Funny that you should ask who attached meaning an ex-priest proposing the Big Bang theory, then you go on to explain the meaning of that attachment. And you mention NOMA which is the idea that science and religion are not just compatible but that they each have something to offer. The idea that religion in general and Christianity specifically aided progress toward civil society is pretty well ingrained in the culture. I don’t think it’s a commonly held belief due to it being true, rather it’s due to the question remaining unexamined.
That people like Lemaitre exist only confuses this issue, they don’t lend credence to it or help sort out just where the boundaries of NOMA should be. In fact, the more detail you uncover, the worse it gets. Quotes that get mined when a scientist mentions God can be shown to be unsupportive of the “religion as a positive force" thesis. In this case, we see the Pope saying something that only the fundamentalists say today. I think any time you scratch the surface of someone who claims NOMA is true, you’ll find the same tired arguments of “prime mover" and “religion teaches ethics" and “fine tuning"
I agree that what Lemaitre did was right, but I don’t see it as supportive of NOMA. It’s a scientist telling a theist to evolve or die. Religion has constantly adjusted to the advance of knowledge. Science doesn’t have to adjust to religion as long the science is a legitimate quest for truth.

The idea that religion in general and Christianity specifically aided progress toward civil society is pretty well ingrained in the culture. I don’t think it’s a commonly held belief due to it being true, rather it’s due to the question remaining unexamined.
You think that question remains unexamined? Wow!!
The idea that religion in general and Christianity specifically aided progress toward civil society is pretty well ingrained in the culture. I don’t think it’s a commonly held belief due to it being true, rather it’s due to the question remaining unexamined.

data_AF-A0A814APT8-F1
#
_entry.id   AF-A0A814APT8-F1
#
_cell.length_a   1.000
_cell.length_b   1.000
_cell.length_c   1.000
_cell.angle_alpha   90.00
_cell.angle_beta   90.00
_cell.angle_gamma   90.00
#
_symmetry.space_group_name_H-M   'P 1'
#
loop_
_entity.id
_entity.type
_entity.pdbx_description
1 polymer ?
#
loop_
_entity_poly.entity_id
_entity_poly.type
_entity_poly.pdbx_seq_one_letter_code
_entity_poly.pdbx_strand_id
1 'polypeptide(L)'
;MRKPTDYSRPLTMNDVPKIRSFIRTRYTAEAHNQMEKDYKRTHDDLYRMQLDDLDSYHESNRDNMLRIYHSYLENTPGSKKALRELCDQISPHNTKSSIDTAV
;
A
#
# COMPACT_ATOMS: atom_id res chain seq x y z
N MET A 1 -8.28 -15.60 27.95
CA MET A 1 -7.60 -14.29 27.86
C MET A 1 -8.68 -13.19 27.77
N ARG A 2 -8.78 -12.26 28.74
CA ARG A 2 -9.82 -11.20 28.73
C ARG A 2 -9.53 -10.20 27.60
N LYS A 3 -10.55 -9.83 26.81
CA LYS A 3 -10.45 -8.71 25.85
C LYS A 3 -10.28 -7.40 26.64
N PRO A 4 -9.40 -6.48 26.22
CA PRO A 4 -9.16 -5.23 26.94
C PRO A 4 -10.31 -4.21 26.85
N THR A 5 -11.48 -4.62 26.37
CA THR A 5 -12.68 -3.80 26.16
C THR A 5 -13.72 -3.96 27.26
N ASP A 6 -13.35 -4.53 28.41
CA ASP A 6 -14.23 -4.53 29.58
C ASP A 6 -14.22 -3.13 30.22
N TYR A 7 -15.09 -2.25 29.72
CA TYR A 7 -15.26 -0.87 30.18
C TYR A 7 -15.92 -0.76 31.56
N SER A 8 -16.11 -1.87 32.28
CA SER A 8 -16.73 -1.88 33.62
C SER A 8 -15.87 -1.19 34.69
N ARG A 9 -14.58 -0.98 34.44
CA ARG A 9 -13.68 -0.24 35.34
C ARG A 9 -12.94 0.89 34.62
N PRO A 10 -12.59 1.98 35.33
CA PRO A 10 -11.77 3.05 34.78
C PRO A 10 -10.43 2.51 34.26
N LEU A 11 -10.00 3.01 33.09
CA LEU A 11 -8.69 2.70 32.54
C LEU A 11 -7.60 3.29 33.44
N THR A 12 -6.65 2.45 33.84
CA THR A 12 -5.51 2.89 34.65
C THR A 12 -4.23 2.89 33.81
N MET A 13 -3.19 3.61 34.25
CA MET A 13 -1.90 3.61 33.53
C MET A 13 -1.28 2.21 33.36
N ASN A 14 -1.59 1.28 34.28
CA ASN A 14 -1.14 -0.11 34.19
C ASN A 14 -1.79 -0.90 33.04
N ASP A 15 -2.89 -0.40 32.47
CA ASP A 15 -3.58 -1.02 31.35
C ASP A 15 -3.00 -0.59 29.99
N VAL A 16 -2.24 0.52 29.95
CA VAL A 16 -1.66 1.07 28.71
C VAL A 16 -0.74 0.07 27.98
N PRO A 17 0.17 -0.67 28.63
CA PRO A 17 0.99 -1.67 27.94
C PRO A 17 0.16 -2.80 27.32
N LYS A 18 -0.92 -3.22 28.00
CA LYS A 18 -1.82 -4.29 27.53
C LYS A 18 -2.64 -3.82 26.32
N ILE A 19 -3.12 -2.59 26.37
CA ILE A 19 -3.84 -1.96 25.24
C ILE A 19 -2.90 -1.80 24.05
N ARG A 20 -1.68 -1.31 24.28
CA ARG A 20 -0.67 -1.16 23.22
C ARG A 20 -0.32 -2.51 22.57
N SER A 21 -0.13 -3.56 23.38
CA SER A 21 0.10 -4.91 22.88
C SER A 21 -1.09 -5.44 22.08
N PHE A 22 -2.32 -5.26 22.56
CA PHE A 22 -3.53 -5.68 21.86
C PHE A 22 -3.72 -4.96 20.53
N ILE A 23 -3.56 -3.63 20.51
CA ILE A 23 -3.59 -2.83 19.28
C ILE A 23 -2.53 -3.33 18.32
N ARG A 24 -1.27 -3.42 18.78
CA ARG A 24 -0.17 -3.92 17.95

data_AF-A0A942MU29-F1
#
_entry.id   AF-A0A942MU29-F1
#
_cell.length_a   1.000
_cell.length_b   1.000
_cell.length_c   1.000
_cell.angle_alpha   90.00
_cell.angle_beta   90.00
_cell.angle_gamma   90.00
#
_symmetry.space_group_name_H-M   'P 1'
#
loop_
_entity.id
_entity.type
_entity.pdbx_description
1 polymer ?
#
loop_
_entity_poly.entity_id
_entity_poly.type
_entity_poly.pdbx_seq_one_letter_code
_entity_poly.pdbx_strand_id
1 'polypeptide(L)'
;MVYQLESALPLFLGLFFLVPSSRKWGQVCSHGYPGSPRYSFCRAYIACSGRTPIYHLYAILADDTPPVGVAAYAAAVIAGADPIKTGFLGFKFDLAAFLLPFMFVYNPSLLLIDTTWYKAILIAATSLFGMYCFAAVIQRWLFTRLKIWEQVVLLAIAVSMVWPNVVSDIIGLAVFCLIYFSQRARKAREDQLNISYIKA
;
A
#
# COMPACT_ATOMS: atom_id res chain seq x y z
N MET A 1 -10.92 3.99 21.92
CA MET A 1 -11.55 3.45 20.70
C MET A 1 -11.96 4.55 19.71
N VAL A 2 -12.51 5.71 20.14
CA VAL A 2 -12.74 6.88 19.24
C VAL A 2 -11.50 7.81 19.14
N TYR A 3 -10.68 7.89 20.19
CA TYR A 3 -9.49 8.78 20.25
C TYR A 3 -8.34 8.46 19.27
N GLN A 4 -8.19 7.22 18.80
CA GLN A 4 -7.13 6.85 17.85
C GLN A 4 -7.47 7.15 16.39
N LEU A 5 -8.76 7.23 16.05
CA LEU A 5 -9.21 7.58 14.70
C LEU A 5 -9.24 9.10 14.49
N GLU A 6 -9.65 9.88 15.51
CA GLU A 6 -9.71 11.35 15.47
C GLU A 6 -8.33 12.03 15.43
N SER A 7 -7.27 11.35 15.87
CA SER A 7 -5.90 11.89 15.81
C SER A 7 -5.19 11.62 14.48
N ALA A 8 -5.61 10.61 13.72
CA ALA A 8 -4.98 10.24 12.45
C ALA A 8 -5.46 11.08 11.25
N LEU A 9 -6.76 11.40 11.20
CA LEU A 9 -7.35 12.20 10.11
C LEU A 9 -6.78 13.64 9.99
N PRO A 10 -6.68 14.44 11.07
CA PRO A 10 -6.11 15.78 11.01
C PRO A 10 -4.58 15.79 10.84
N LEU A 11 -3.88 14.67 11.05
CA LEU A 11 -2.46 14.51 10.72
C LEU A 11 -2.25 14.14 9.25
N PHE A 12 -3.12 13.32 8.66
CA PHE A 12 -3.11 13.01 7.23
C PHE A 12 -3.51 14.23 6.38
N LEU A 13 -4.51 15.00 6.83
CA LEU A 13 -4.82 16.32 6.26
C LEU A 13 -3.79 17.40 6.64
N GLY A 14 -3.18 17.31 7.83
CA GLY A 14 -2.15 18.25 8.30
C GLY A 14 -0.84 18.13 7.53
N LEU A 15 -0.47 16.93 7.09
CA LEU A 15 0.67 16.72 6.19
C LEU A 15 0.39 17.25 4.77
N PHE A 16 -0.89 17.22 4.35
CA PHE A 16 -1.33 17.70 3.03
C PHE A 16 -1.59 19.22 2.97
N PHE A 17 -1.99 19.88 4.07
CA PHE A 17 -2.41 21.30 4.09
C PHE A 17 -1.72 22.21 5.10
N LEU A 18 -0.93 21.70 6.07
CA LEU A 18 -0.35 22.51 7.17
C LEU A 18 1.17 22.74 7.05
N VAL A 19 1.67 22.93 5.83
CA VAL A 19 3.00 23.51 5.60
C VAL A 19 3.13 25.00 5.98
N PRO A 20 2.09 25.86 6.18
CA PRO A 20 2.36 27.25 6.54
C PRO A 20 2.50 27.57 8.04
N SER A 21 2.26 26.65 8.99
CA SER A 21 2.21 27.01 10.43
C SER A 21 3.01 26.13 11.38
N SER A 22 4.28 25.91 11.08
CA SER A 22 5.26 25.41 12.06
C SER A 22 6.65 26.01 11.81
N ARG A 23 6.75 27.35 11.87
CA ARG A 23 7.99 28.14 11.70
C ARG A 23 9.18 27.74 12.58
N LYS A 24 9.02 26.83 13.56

Also, just to clarify...it's not a question. There is no question that religion and/or christianity aided in progress toward civil society. Absolutely no question! You didn't want to mess around with hypothetical alternatives did you? In some sort of convoluted comparative sense? If that could be done-which it can't(there was only one timeline-religion and society evolved together in the past out of naturalistic necessity.), but if it could be done, then I'm sure you would come to the same observations.
The idea that religion in general and Christianity specifically aided progress toward civil society is pretty well ingrained in the culture. I don’t think it’s a commonly held belief due to it being true, rather it’s due to the question remaining unexamined.
Also, just to clarify...it's not a question. There is no question that religion and/or christianity aided in progress toward civil society. Absolutely no question! You didn't want to mess around with hypothetical alternatives did you? In some sort of convoluted comparative sense? If that could be done-which it can't(there was only one timeline-religion and society evolved together in the past out of naturalistic necessity.), but if it could be done, then I'm sure you would come to the same observations. Again, good humor. You scoff at the idea of the question being unexamined, then you categorically state that there is nothing to examine. To the first part, I assume you are looking at all the science/religion debates as well as forums like this. To that, I'd say most people ignore those things. If they weren't ignoring them, young earth creationists wouldn't be able to quietly get elected to school boards and manipulate text books. What you are looking at is the struggle to undo their work once they accomplished it. To the second, I'll give you the benefit of the doubt that you mean the question has been examined and answered. So, name a book, or anything in support of that. Despite there being only one history, you can still look at what people said, how culture was influenced, what was taught to each generation, and determine how we got to where we are.
Again, good humor. You scoff at the idea of the question being unexamined
Yes. In as much as history is an examination, a running empirical examination with record, the idea of religion being a prime mover of society and civility and progress has been examined and dictated for the record.
then you categorically state that there is nothing to examine.
No I never said that. How could you use the phrase "categorically state". I said there is no question. There is no question. That's as far as I got with your post. I won't even read further.

Quoting Lausten referring to Vyzma’s post:

You scoff at the idea of the question being unexamined, then you categorically state that there is nothing to examine.